He said his family’s charitable heart and his established hard working ethic has influenced his lifetime of investment in organisations like The Hunger Project.

“I became partners with my dad on our farm and I carried on with it for years. It was a very large farm and I feel I was very privileged to have owned it,” Ivan said.

“Giving was part of my upbringing. My dad and my mum were very generous; generosity was bred into me.”

Deborah Protter (THP WA Board Member), Melanie Noden (THPA CEO) and Ivan Halbert.

A few years ago, Ivan was in Uganda on a personal visit. His experiences in Africa cemented in his mind why the work of The Hunger Project is so important.

“I was talking to a taxi driver in Uganda and I told him I was involved in The Hunger Project. After that, he completely opened up and took me around to see the level of poverty. I went to a quarry where children as young as five were working and smashing rocks all day,” Ivan said.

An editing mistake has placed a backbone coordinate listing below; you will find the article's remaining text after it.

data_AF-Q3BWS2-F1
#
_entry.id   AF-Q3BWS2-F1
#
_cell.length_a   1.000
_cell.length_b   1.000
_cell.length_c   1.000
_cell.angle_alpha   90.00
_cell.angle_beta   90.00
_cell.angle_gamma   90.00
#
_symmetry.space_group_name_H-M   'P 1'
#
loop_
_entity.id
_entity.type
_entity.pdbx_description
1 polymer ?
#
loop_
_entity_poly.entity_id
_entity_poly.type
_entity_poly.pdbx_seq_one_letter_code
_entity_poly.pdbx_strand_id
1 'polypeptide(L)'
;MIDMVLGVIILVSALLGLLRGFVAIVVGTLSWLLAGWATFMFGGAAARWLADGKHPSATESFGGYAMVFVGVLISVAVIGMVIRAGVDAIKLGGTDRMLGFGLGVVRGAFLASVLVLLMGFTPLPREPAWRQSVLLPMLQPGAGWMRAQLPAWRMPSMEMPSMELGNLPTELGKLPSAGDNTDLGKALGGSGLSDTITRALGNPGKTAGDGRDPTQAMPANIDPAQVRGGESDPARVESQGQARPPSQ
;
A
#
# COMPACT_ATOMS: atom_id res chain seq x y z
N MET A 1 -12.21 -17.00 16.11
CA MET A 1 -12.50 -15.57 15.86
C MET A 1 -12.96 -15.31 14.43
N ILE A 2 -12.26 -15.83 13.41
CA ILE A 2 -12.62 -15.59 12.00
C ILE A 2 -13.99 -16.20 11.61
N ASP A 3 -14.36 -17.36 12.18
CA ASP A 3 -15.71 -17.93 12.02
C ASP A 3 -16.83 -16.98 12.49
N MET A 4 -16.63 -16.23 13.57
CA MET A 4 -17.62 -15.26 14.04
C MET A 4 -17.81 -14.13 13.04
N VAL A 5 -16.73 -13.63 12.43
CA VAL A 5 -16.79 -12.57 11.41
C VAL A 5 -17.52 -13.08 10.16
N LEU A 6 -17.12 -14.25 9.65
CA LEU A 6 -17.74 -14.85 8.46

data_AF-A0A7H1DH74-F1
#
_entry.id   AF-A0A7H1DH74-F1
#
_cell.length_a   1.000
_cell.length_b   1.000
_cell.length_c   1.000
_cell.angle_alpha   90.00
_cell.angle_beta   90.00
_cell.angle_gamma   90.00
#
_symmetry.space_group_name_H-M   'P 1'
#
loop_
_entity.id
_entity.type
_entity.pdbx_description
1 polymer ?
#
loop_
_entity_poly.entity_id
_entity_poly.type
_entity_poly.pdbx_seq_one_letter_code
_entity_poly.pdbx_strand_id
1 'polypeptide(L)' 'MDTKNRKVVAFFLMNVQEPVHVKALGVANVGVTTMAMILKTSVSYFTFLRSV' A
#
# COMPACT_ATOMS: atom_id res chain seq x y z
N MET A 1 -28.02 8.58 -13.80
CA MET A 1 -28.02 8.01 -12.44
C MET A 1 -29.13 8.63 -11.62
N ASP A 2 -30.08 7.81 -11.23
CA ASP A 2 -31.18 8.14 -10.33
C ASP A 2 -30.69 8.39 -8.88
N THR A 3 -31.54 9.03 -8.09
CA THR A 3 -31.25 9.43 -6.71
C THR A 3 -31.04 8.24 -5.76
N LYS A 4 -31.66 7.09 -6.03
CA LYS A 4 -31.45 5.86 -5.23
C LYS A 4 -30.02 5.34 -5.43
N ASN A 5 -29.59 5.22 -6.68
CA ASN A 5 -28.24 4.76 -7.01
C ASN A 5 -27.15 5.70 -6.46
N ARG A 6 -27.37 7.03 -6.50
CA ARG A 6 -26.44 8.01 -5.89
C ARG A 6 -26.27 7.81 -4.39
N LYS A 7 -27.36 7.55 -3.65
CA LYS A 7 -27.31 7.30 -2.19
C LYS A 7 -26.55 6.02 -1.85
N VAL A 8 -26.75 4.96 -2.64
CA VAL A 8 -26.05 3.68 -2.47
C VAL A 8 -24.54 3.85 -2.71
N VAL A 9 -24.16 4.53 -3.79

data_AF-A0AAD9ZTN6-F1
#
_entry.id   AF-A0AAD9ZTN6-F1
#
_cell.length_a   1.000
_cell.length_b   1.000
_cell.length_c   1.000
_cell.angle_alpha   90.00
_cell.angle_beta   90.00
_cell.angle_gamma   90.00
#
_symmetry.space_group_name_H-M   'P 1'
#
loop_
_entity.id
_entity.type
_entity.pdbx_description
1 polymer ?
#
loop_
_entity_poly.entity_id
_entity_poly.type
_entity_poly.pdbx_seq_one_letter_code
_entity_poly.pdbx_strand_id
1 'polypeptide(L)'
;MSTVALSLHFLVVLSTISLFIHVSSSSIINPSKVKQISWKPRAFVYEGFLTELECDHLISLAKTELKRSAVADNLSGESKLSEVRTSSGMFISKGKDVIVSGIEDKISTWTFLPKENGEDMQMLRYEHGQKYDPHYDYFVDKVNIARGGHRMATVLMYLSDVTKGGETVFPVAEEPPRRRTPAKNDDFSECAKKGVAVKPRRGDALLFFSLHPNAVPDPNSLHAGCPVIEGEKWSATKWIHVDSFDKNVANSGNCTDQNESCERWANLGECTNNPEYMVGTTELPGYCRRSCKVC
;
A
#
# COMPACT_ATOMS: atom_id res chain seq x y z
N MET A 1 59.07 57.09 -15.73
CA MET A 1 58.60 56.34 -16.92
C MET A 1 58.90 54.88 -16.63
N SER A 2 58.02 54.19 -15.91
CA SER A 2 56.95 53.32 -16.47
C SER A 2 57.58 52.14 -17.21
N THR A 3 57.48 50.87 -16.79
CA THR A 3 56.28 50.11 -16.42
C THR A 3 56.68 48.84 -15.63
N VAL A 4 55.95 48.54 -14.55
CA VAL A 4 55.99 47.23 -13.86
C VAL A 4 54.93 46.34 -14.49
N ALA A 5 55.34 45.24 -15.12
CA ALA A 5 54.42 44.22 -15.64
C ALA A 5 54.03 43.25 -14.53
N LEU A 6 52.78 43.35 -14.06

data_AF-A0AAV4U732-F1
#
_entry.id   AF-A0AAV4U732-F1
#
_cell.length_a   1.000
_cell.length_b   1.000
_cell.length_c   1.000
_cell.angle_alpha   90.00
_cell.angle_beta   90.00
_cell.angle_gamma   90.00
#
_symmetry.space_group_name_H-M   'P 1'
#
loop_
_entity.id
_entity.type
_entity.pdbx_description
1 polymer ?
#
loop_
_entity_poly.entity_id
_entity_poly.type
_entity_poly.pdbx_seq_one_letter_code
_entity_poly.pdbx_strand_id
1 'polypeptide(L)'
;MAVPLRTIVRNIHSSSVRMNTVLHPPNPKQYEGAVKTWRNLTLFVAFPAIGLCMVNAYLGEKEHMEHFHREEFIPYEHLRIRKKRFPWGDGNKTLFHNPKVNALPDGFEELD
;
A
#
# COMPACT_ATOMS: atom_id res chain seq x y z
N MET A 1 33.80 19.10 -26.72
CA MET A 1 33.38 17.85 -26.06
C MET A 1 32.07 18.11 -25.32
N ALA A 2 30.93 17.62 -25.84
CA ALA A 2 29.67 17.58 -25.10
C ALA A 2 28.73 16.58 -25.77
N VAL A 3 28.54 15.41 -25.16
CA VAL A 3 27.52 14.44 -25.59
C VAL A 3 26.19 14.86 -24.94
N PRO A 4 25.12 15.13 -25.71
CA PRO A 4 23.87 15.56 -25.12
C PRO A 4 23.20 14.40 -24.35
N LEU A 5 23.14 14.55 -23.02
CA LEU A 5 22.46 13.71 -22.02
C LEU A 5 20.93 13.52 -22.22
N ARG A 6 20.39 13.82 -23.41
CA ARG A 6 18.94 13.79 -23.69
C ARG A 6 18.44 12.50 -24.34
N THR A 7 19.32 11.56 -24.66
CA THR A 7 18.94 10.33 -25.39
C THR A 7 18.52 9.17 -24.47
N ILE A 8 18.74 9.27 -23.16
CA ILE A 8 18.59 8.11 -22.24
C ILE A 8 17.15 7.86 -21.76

“Seeing the levels of hunger and poverty firsthand was eye-opening.”

Reflecting on why he has chosen to invest in The Hunger Project for more than two decades, Ivan said the level of transparency and effectiveness makes investing in THP worthwhile.

“The ethos of the Hunger Project of training the local people to lift themselves from their current situation to see the possibility of rising above “what is” to a new level of life is inspirational. It’s not about giving money; it’s about giving skills,” he said.

“Another thing for me is that The Hunger Project’s program work is virtually run by volunteers. When I give a dollar, I know that a majority of that will go directly to the people who require it. It is important that the money goes directly to where it should be going.”

The Hunger Project Australia thanks Ivan and his family for their dedication and generosity throughout the past 20 years, and acknowledges the enormous impact they have had as a result.